This is a critically important issue for many TIA member companies. TIA encourages all members to contact their members of Congress about this important issue, which they can do using this site.
For more information, email email@example.com or call 703-299-5700.
Supreme Court Rules in Favor of CRST in EEOC Case
The U.S. Supreme Court issued a unanimous ruling on May 19, 2016, in favor of CRST Van Expedited, a division of CRST International, who is seeking to recover millions in legal fees spent defending itself from an Equal Employment Opportunity Commission-brought lawsuit. The Supreme Court order reverses a decision made by the U.S. 8th Circuit Court of Appeals, who ruled against CRST’s collection of attorney’s fees in the case. The 8th Circuit decision vacated two rulings by lower courts that said the EEOC owed CRST $4.7 million in legal fees. CRST appealed the decision and ultimately prevailed in the case’s last stop: The U.S. Supreme Court.
The final dollar amount owed to CRST has not been decided. Further adjudication will determine how much the EEOC must pay CRST. Two prior orders made by lower Federal Courts, however, determined the carrier is owed nearly $5 million in attorney’s fees and court costs.
The case stems from a lawsuit brought against CRST in 2007 by the EEOC. The commission charged that the carrier violated Title VIII provisions by allowing male instructors to train new female drivers while sharing a truck, saying the practice created a hostile work environment. Several women reported being sexually harassed by their male trainers.
All of the claims brought by the EEOC were eventually dismissed in court. A U.S. District Court in Iowa ruled the EEOC failed to show reasonable cause against CRST. The court also showed CRST made good faith efforts to conciliate the claims brought by its driver trainees.
The EEOC, following several other court stops, eventually withdrew its claims for all but one plaintiff, who settled her case for $50,000.
For more information, please contact TIA Advocacy (firstname.lastname@example.org).
State of California Accepting Port Trucker Amnesty Applications
On Thursday, May 5, 2016, the California Labor Commissioner’s Office announced that it would begin accepting applications for the Motor Carrier Employer Amnesty Program for trucking companies that perform drayage services at any California port. This voluntary program allows companies to reclassify their drivers as employees and avoid liability for misclassifying them as independent contractors. The amnesty program will end on December 31, 2016.
Port truck drivers must be classified as employees in order to be eligible for unionization. Efforts to reclassify drivers have been supported strongly by the Teamsters union. While Teamsters union’s efforts are national, they have been most successful in California. Drivers have staged several strikes and, occasionally, companies have switched their drivers status from independent contractor to employee. In one significant example of the consequences of making the switch, Hub Group changed to an employee driven model after losing employee misclassification lawsuits in court but eventually chose to leave the California drayage market altogether.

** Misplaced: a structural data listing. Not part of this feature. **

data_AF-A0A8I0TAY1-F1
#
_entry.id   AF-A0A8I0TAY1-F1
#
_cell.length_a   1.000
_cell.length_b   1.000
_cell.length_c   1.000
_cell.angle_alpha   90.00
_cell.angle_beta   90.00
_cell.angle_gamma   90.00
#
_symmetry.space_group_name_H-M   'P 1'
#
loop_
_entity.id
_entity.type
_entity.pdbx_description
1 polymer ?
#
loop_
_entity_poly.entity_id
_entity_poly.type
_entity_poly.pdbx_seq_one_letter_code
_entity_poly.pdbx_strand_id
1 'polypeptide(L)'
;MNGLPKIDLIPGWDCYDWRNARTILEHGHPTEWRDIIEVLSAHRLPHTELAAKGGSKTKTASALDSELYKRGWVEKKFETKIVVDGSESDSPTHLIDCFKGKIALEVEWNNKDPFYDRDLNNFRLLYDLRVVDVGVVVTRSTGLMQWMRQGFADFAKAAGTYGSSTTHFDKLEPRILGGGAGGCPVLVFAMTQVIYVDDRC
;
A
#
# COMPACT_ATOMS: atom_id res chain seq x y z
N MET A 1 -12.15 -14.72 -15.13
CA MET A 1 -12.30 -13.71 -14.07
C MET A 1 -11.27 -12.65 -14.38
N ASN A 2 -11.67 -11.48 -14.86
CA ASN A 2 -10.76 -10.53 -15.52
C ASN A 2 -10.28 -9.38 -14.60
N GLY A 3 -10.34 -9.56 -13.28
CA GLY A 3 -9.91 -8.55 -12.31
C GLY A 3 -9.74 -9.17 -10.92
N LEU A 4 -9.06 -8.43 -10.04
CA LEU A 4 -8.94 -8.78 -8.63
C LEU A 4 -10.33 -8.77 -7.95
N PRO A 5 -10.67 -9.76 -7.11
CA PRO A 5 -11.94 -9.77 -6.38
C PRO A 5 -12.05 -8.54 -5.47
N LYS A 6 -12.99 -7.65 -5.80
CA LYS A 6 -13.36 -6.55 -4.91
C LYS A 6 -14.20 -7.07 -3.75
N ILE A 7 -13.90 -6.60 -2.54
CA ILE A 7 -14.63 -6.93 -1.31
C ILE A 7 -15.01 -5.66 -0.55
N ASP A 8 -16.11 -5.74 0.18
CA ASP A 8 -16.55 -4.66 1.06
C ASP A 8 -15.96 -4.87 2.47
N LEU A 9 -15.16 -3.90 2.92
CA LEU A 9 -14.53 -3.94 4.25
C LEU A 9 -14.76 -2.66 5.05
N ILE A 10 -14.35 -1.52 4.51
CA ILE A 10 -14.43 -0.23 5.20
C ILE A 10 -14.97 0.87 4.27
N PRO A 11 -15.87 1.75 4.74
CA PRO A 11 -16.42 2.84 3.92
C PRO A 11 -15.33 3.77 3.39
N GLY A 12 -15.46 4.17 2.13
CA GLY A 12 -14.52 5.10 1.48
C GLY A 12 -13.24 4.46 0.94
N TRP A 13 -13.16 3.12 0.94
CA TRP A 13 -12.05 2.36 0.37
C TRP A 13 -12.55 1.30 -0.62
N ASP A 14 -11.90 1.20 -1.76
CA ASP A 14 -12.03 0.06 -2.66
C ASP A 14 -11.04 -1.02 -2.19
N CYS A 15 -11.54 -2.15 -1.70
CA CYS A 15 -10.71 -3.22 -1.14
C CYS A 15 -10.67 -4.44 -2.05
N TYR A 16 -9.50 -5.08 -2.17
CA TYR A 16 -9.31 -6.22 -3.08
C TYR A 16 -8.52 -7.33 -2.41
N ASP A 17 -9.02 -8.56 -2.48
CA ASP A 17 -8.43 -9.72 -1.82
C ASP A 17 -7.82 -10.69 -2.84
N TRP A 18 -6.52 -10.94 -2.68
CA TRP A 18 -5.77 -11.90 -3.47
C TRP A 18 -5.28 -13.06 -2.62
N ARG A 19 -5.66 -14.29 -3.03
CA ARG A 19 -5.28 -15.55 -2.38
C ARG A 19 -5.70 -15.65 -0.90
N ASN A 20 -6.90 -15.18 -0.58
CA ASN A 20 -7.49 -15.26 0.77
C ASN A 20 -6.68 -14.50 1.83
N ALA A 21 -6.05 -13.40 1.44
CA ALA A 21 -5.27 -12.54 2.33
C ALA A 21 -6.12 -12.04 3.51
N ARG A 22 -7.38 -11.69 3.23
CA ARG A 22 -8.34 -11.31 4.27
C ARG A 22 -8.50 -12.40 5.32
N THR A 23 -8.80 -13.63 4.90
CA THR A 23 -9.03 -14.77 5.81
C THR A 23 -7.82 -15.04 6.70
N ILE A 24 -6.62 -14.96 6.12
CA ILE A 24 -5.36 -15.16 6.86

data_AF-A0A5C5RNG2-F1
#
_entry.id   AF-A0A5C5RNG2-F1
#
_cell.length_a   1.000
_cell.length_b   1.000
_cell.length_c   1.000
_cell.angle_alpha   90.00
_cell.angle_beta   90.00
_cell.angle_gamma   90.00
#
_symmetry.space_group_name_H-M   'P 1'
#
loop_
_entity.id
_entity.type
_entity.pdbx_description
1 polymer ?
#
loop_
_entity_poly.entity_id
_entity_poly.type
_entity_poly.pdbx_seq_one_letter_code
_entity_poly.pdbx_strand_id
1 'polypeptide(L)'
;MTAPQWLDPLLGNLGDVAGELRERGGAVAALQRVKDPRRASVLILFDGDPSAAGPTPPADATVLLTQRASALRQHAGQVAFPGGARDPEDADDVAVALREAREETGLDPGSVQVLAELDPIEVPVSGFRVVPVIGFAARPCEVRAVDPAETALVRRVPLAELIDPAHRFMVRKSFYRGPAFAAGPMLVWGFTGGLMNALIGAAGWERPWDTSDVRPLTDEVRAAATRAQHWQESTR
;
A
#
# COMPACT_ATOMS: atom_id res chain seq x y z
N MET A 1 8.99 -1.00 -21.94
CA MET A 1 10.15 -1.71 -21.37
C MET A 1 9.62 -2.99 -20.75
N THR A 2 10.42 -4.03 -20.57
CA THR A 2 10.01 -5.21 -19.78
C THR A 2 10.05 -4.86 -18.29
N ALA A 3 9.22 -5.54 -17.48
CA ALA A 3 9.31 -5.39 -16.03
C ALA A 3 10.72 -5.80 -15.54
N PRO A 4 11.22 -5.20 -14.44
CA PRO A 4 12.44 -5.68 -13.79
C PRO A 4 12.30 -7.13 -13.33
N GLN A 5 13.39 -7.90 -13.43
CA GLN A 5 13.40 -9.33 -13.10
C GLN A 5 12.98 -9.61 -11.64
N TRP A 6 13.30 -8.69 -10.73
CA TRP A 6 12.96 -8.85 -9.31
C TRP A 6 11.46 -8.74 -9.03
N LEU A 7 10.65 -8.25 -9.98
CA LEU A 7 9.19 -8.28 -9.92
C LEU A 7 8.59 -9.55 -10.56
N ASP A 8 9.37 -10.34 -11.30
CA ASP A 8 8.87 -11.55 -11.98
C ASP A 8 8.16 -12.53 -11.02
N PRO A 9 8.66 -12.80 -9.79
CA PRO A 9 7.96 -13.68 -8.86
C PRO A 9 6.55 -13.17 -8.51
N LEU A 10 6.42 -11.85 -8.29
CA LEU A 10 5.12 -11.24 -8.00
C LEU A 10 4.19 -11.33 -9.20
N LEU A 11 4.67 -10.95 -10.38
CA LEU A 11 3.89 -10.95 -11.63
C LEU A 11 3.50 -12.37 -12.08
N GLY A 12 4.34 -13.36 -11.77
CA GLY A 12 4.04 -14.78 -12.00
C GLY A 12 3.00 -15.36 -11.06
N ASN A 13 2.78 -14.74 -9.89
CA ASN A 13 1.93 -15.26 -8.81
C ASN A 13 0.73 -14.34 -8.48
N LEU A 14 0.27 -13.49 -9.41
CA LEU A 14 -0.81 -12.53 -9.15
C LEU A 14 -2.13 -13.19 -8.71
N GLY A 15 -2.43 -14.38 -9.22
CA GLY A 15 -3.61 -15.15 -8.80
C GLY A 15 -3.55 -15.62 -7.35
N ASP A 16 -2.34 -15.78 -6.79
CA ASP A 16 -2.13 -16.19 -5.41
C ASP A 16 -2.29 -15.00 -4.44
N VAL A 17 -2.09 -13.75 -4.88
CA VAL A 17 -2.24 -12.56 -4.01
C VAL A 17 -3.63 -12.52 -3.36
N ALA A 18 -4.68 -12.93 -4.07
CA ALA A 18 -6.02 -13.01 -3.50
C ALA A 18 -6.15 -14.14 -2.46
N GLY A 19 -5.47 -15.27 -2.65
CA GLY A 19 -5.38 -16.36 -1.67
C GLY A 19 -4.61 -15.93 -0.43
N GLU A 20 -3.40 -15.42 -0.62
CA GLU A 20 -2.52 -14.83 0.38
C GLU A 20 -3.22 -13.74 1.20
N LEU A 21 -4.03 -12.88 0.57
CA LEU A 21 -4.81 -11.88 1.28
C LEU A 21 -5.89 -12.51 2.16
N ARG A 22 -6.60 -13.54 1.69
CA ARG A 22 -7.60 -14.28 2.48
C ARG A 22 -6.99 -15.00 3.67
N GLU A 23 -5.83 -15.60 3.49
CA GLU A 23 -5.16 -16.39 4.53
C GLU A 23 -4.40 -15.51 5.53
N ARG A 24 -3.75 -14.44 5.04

The California Labor Commissioner’s office notes in its release that port truck drivers have filed 799 wage claims since 2011, claiming misclassification and seeking reimbursement for unlawful deductions and expenses. The office has awarded more than $35 million to drivers in 302 of those cases. Under California law AB 621, port drayage trucking companies can enter into a settlement agreement with the State of California whereby they agree to pay all wages and benefits owed to drivers misclassified as independent contractors, pay all taxes owed to the state as a result of misclassification, and agree to classify commercial drivers as employees. This settlement agreement will protect motor carriers from additional penalties and fines based on previous misclassification of drivers.
The California Labor Commissioner’s Announcement is available to view here.
Worker classification is a major issue in the transportation industry, for logistics providers as well as for motor carriers. For more information on national worker reclassification efforts, and for other issues relating to organized labor, please contact Will Sehestedt at email@example.com or 703-299-5713.
Administration Retreats from Proposed Overtime Salary Threshold
On Thursday, April 28, POLITICO reported that the U.S. Department of Labor will likely lower the initially-proposed salary threshold to expand eligibility for overtime under the Fair Labor Standards Act. Sources familiar with the development of the final regulation indicated that the new salary threshold under consideration is $47,000 annually, and that the expected timeline for the release of the final rule is the middle of May 2016.